By comparison, the humming of a refrigerator is 45 decibels; normal conversation is approximately 60 decibels. Noise-induced hearing loss can result from short bursts of sound from firecrackers or small firearms emitting sounds of 120 to 150 decibels. But sounds of less than 75 decibels, even after long exposure, are unlikely to cause hearing loss, according to the National Institutes of Health. Since bus and train noise is brief and noise level takes into consideration duration as well as intensity, stops and stations are well below what would be considered harmful to the human ear. And that, of course, is what’s important. 

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Artist Ramon Ramirez to sign Pico Rivera posters June 18

Pico Rivera poster spotted on a Red Line train, part of the Metro Through the Eyes of Artists poster series.

Pico Rivera poster spotted on a Red Line train, part of the Metro Through the Eyes of Artists poster series.

Artist Ramon Ramirez will sign free copies of his poster celebrating the City of Pico Rivera on Tuesday, June 18 at 10:30 a.m. at the Rivera Public Library. Metro Bus 266 drops off near the library at Rosemead/Mines.

Ramirez was commissioned by Metro Creative Services to create the artwork for the poster series, Through the Eyes of Artists. The program commissions local artists to create original artworks that express the uniqueness of Los Angeles County neighborhoods, as a way of encouraging people to take Metro to explore destinations served by the agency.

The poster will be displayed on Metro buses and rail cars traveling throughout Los Angeles County.

As seen through the eyes of Ramirez, Pico Rivera is depicted with palm trees in silhouette against a glowing sunset sky. A native of the area, the artist has fond boyhood memories of uncomplicated adventure, when the horizon was wide and anything was possible. Keep reading after the jump to see what the artist has to say about his work. A longer interview with the artist is also available on The Source.

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Artist Mary Kay Wilson to sign Metro ‘San Fernando’ poster at the San Fernando Public Library

poster

Swing by the San Fernando Public Library next Tuesday, June 11 to get a free signed copy of the ‘San Fernando’ poster by Mary Kay Wilson. The signing will take place at 10:30 a.m. and you can reach the library by hopping on Metro Bus 234 to Maclay/4th or Metro Rapid 794 to Truman/Maclay. Trip Planner can offer more routes and connections.

The full press release from Metro is after the jump.

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Artist Jessica Polzin McCoy to sign Metro ‘Claremont’ poster this Friday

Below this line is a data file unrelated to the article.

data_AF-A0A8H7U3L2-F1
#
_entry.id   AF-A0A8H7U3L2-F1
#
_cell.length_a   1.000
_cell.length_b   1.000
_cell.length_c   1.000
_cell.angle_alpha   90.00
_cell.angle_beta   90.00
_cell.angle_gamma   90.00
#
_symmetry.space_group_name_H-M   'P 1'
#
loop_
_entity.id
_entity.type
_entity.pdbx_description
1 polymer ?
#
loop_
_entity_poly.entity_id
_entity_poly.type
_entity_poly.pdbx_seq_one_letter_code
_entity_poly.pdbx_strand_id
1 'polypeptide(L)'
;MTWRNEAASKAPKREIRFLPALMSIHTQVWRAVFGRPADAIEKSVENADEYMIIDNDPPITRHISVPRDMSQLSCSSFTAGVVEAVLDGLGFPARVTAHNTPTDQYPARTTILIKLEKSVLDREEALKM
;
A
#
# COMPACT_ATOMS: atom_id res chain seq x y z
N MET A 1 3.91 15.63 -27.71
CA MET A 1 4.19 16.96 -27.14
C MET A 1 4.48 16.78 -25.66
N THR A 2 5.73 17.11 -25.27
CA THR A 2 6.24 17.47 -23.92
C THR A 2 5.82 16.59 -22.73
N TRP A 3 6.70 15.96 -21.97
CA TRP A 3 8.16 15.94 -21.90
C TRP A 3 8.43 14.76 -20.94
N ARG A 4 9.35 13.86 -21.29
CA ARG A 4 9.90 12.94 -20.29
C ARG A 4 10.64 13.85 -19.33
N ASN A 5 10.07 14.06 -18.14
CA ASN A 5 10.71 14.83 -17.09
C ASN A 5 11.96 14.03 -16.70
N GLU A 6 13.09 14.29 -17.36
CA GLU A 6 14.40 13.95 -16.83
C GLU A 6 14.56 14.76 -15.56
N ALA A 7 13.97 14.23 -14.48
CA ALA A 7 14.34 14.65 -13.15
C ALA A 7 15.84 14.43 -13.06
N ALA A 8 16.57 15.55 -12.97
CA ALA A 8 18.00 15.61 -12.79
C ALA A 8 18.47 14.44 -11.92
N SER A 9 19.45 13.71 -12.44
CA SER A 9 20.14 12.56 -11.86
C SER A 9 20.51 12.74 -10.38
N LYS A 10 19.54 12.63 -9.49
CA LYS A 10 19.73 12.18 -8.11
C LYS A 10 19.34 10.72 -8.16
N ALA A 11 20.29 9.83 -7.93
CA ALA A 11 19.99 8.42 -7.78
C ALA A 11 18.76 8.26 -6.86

eyes

Artist Jessica Polzin McCoy will sign free copies of her poster celebrating the City of Claremont at 10:30 a.m. on Friday, May 31 at the Claremont Library.

Polzin McCoy was commissioned by Metro Creative Services to create the artwork for its poster series, Through the Eyes of Artists. The program commissions local artists to create original artworks that express the uniqueness of Los Angeles County neighborhoods as a way of encouraging people to take Metro to explore destinations served by the agency.

Beginning in Spring 2013, the poster will be displayed on Metro buses and rail cars traveling throughout Los Angeles County.

Keep reading for more information on the Claremont poster and the Metro Art Program.

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How do they do that? Repair the seats on the buses

How do they do that? is a series for The Source that explores the technology that helps keep Metro running and passengers and other commuters moving. Some of it applies directly to the trains, buses and freeways and some of it runs in the background — invisible to nearly everyone but essential to mobility in our region.

Photo by Kim Upton/Metro

Photo by Kim Upton/Metro

How much does Metro spend each year to repair and recover bus seats ruined by food, drink, gum and graffiti? In 2012, the cost was $865,000 in taxpayer dollars to replace stained, carved, graffitied or torn seat inserts. The covered inserts that fit into the back and bottom of Metro bus seats range in price from $10.44 to $23.46 each. In addition to the cost of the inserts, Metro bus divisions expended $1.5 million in labor, replacing both window guards and seat inserts.

The most common reason that a seat insert is changed? Graffiti.

Last year was not unusual. More than 55,000 seat inserts were replaced … or about one every nine minutes. Bus maintenance works constantly to keep up with seat damage so that the buses look good and we don’t have to sit on dirty or destroyed seats. It’s not easy to keep up.

Each bus has between 40 and 57 seats, depending on the size and the style. And with just over 2,200 buses in the Metro system, that’s 88,000 and 125,400 seats that are targets for graffiti.

It takes less than 10 minutes to replace a bus seat insert but 1 1/2 hours to replace an entire seat section. An insert, which looks something like a seat float (see photo above), can be unscrewed from their metal supports, pulled out and the new insert pretty quickly added and screwed back in. But a seat section installation — replacement of the entire seat — is more complicated, requiring assembly of the seat supports and inserts before the whole thing can be carefully fastened back into the bus. Replacement of the entire seat is only done as a result of severe damage. In 2012 there were 79 seat installations — the whole seat including metal supports for the 2-to-3-passenger covered seats — on Metro buses. The cost, not including labor, was an additional $220,000.